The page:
“I often think that the night is more alive and more richly colored than the day.”
~Vincent Van Gogh
As I begin this week’s Weather in The Foothills, so too has the rain begun to fall. With great anticipation I watch, hoping the much needed rain will add considerably to our meager seasonal rain total of 8.58 inches. The storm’s formation was in the Gulf of Alaska and was expected to be cold and capable of leaving two to four inches of snow at elevations between 4,500-5,000 feet. With a persistent drought pattern in place, any rain or snow will be accepted, with gratitude, in our parched valley. No matter the precipitation outcome, another happening of a more “celestial nature” will occur and promises a potentially amazing show.
Name three signs of spring … A kindergartener could easily answer. But ask an astronomer and the term zodiacal light would be mentioned. Every year in March and April, close to the vernal equinox, a lightened area appears above the western horizon. This is the zodiacal light. The old saying “nothing new under the sun” came to mind as I had never heard of such a thing! The following is the scientific scoop mixed with local detail.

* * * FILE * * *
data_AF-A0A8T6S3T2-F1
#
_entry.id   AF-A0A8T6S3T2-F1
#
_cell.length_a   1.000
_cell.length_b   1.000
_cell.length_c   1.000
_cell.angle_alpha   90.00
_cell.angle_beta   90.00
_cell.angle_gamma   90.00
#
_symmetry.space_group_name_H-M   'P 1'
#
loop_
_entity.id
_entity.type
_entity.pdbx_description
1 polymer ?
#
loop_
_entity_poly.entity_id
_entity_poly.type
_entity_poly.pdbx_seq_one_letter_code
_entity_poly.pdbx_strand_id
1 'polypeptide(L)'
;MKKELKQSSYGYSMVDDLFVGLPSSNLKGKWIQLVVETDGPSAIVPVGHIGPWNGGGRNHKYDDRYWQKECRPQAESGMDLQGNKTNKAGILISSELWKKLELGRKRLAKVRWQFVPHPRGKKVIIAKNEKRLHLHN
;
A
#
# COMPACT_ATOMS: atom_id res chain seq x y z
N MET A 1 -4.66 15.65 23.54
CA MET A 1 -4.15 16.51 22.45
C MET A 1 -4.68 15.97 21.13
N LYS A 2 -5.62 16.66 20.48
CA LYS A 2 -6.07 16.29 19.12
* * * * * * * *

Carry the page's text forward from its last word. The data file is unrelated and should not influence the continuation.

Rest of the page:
I grew up in a house on Santa Carlotta. Our living room’s large picture window looked toward the west. Besides spectacular sunsets, we had good view of the “V” shaped La Tuna Canyon. Interestingly enough, I noticed at the fall and spring equinoxes the sun set directly within the canyon’s “V.” Crescenta Valley’s very own Stonehenge!
By Wednesday morning, all evidence of the brief day-before rain shower evaporated except the rain gauge collected an additional .12 inches for the season. With the now clear skies and a waning moon, the ideal viewing time for the zodiacal light draws near. This “light source” runs along the ecliptic – an imaginary semi-circle going across the sky from west to east. On a much grander scale it denotes not only the sun’s annual path, but defines the plane of the solar system where all the planets and constellations lie. Grains of dust or cosmic dust from asteroid collisions and leftover comets combine and form a zodiacal dust cloud along the ecliptic. As light from the sun is reflected off these various objects and particles, zodiacal light is created.
Vincent van Gogh’s quotation is perfect here. Around April 18, in the dark of a new moon phase, look toward the western horizon. Use La Tuna Canyon as a guidepost. Just past twilight and above the skyline, the elusive glow of the zodiacal light may be present. Adding dazzle to nature’s already awesome artwork is the brilliant planet Venus.
Looking ahead … Clear and cooler than average temperatures – highs around 70 and lows below 50 degrees – are expected to dominate. A cut off low is likely to move into Southern California by the first of next week, no precipitation included.
With hope and a prayer, our umbrellas will get a little more exercise before summer arrives.
Sue Kilpatrick is a Crescenta Valley resident and Official Skywarn Spotter for the
National Weather Service.
Reach her at email@example.com.